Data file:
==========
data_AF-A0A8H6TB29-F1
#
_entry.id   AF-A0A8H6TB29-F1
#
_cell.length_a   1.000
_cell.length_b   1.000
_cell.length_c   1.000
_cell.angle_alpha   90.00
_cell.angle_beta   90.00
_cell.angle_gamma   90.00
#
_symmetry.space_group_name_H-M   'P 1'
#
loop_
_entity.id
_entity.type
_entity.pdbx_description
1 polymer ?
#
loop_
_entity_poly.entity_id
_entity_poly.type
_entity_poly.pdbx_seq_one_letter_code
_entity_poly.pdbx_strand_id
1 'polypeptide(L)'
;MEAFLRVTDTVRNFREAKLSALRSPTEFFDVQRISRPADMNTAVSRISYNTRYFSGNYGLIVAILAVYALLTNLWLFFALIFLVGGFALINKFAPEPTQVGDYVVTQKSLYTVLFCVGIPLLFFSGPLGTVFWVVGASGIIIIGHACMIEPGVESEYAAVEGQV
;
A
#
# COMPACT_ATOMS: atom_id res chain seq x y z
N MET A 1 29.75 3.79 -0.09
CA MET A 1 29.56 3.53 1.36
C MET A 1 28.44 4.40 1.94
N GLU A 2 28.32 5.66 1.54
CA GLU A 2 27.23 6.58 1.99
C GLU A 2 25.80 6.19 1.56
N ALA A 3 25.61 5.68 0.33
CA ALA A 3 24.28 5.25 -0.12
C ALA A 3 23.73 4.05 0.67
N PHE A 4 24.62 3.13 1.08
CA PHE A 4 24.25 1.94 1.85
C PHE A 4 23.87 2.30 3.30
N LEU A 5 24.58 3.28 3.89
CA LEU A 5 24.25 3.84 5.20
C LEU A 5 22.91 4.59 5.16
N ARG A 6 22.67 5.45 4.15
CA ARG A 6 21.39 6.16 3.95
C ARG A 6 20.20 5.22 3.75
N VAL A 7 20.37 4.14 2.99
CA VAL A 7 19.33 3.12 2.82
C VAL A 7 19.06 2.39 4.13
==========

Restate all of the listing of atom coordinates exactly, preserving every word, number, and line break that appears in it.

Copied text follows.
data_AF-A0A8H6TB29-F1
#
_entry.id   AF-A0A8H6TB29-F1
#
_cell.length_a   1.000
_cell.length_b   1.000
_cell.length_c   1.000
_cell.angle_alpha   90.00
_cell.angle_beta   90.00
_cell.angle_gamma   90.00
#
_symmetry.space_group_name_H-M   'P 1'
#
loop_
_entity.id
_entity.type
_entity.pdbx_description
1 polymer ?
#
loop_
_entity_poly.entity_id
_entity_poly.type
_entity_poly.pdbx_seq_one_letter_code
_entity_poly.pdbx_strand_id
1 'polypeptide(L)'
;MEAFLRVTDTVRNFREAKLSALRSPTEFFDVQRISRPADMNTAVSRISYNTRYFSGNYGLIVAILAVYALLTNLWLFFALIFLVGGFALINKFAPEPTQVGDYVVTQKSLYTVLFCVGIPLLFFSGPLGTVFWVVGASGIIIIGHACMIEPGVESEYAAVEGQV
;
A
#
# COMPACT_ATOMS: atom_id res chain seq x y z
N MET A 1 29.75 3.79 -0.09
CA MET A 1 29.56 3.53 1.36
C MET A 1 28.44 4.40 1.94
N GLU A 2 28.32 5.66 1.54
CA GLU A 2 27.23 6.58 1.99
C GLU A 2 25.80 6.19 1.56
N ALA A 3 25.61 5.68 0.33
CA ALA A 3 24.28 5.25 -0.12
C ALA A 3 23.73 4.05 0.67
N PHE A 4 24.62 3.13 1.08
CA PHE A 4 24.25 1.94 1.85
C PHE A 4 23.87 2.30 3.30
N LEU A 5 24.58 3.28 3.89
CA LEU A 5 24.25 3.84 5.20
C LEU A 5 22.91 4.59 5.16
N ARG A 6 22.67 5.45 4.15
CA ARG A 6 21.39 6.16 3.95
C ARG A 6 20.20 5.22 3.75
N VAL A 7 20.37 4.14 2.99
CA VAL A 7 19.33 3.12 2.82
C VAL A 7 19.06 2.39 4.13